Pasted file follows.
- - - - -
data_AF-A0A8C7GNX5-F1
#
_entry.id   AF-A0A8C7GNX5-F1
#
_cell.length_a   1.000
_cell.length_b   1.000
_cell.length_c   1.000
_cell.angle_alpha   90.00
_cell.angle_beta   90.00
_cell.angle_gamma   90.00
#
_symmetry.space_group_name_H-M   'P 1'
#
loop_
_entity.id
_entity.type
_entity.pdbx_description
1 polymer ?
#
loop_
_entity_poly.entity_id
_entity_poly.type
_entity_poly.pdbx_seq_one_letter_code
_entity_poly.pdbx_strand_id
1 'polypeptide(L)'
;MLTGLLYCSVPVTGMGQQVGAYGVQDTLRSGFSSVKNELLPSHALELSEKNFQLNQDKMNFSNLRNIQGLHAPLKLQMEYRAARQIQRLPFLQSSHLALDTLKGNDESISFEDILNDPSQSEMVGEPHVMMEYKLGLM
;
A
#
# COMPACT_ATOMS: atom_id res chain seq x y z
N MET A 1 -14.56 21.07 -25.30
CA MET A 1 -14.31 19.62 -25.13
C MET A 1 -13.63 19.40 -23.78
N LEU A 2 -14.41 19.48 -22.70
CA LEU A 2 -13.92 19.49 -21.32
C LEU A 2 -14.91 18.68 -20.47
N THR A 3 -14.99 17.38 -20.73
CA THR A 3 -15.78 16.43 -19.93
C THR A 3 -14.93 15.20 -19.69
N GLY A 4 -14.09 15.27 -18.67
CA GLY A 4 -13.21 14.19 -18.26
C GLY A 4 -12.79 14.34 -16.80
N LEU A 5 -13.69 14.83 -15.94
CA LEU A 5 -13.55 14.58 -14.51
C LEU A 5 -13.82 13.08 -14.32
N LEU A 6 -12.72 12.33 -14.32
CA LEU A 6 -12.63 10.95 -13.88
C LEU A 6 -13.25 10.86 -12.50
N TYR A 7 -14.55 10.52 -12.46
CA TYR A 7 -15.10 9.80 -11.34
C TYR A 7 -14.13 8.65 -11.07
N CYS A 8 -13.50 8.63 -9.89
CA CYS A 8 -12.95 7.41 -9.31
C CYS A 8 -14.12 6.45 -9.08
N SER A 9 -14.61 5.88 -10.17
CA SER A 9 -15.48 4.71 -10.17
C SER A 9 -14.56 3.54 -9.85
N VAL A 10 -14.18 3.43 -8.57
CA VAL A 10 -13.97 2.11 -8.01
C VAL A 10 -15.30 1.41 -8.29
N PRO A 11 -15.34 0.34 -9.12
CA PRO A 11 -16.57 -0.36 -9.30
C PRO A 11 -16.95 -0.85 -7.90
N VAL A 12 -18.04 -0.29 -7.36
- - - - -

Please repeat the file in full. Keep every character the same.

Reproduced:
data_AF-A0A8C7GNX5-F1
#
_entry.id   AF-A0A8C7GNX5-F1
#
_cell.length_a   1.000
_cell.length_b   1.000
_cell.length_c   1.000
_cell.angle_alpha   90.00
_cell.angle_beta   90.00
_cell.angle_gamma   90.00
#
_symmetry.space_group_name_H-M   'P 1'
#
loop_
_entity.id
_entity.type
_entity.pdbx_description
1 polymer ?
#
loop_
_entity_poly.entity_id
_entity_poly.type
_entity_poly.pdbx_seq_one_letter_code
_entity_poly.pdbx_strand_id
1 'polypeptide(L)'
;MLTGLLYCSVPVTGMGQQVGAYGVQDTLRSGFSSVKNELLPSHALELSEKNFQLNQDKMNFSNLRNIQGLHAPLKLQMEYRAARQIQRLPFLQSSHLALDTLKGNDESISFEDILNDPSQSEMVGEPHVMMEYKLGLM
;
A
#
# COMPACT_ATOMS: atom_id res chain seq x y z
N MET A 1 -14.56 21.07 -25.30
CA MET A 1 -14.31 19.62 -25.13
C MET A 1 -13.63 19.40 -23.78
N LEU A 2 -14.41 19.48 -22.70
CA LEU A 2 -13.92 19.49 -21.32
C LEU A 2 -14.91 18.68 -20.47
N THR A 3 -14.99 17.38 -20.73
CA THR A 3 -15.78 16.43 -19.93
C THR A 3 -14.93 15.20 -19.69
N GLY A 4 -14.09 15.27 -18.67
CA GLY A 4 -13.21 14.19 -18.26
C GLY A 4 -12.79 14.34 -16.80
N LEU A 5 -13.69 14.83 -15.94
CA LEU A 5 -13.55 14.58 -14.51
C LEU A 5 -13.82 13.08 -14.32
N LEU A 6 -12.72 12.33 -14.32
CA LEU A 6 -12.63 10.95 -13.88
C LEU A 6 -13.25 10.86 -12.50
N TYR A 7 -14.55 10.52 -12.46
CA TYR A 7 -15.10 9.80 -11.34
C TYR A 7 -14.13 8.65 -11.07
N CYS A 8 -13.50 8.63 -9.89
CA CYS A 8 -12.95 7.41 -9.31
C CYS A 8 -14.12 6.45 -9.08
N SER A 9 -14.61 5.88 -10.17
CA SER A 9 -15.48 4.71 -10.17
C SER A 9 -14.56 3.54 -9.85
N VAL A 10 -14.18 3.43 -8.57
CA VAL A 10 -13.97 2.11 -8.01
C VAL A 10 -15.30 1.41 -8.29
N PRO A 11 -15.34 0.34 -9.12
CA PRO A 11 -16.57 -0.36 -9.30
C PRO A 11 -16.95 -0.85 -7.90
N VAL A 12 -18.04 -0.29 -7.36